Objective writers on the subject of AFSC programs have astutely recognized that “AFSC’s peace witness is not just a negative peace (the absence of war or armed conflict), but a positive peace built on the presence of justice and human reconciliation.” Such an approach to world peace is just what the doctor ordered when it comes to proactively confronting transnational violence, also known as terrorism. Although military action might help in the short term to weed out radical cells dedicated to violence, it is the deep-seated, comprehensive labors dedicated to long term peace promotion that will prove the most helpful when it comes to ending the causes of that scourge in human history. The recognition of that fact runs hand in hand with the need to be aware of those that have died innocently in terroristic acts. You can help advance that fact by signing the petition to which this website is dedicated. Your effort would take just a couple of minutes of your time and no financial commitment at all. Join us and click on the link below.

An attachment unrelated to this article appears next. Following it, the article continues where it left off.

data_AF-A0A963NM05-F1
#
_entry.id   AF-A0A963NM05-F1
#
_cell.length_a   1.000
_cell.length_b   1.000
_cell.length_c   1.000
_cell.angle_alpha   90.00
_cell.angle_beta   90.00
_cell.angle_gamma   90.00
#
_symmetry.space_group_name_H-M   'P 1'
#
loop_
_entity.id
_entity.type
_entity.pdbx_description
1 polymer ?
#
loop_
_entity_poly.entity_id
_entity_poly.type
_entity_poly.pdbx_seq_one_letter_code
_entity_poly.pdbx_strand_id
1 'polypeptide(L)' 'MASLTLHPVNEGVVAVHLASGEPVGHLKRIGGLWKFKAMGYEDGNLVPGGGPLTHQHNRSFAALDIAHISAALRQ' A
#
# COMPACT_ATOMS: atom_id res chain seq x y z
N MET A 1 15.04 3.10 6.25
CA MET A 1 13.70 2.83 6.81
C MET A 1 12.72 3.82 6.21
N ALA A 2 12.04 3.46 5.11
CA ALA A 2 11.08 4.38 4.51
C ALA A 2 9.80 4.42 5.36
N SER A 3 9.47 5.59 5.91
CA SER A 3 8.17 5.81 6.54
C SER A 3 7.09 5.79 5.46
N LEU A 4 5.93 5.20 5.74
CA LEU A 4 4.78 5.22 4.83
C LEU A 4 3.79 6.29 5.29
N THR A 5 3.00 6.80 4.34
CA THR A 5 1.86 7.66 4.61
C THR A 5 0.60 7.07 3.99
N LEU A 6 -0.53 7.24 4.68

You can help promote the establishment of a monument dedicated to all American victims of terrorism, whether they died at home or abroad, by clicking the link above and signing the petition. Nothing is asked but your signature for a good cause.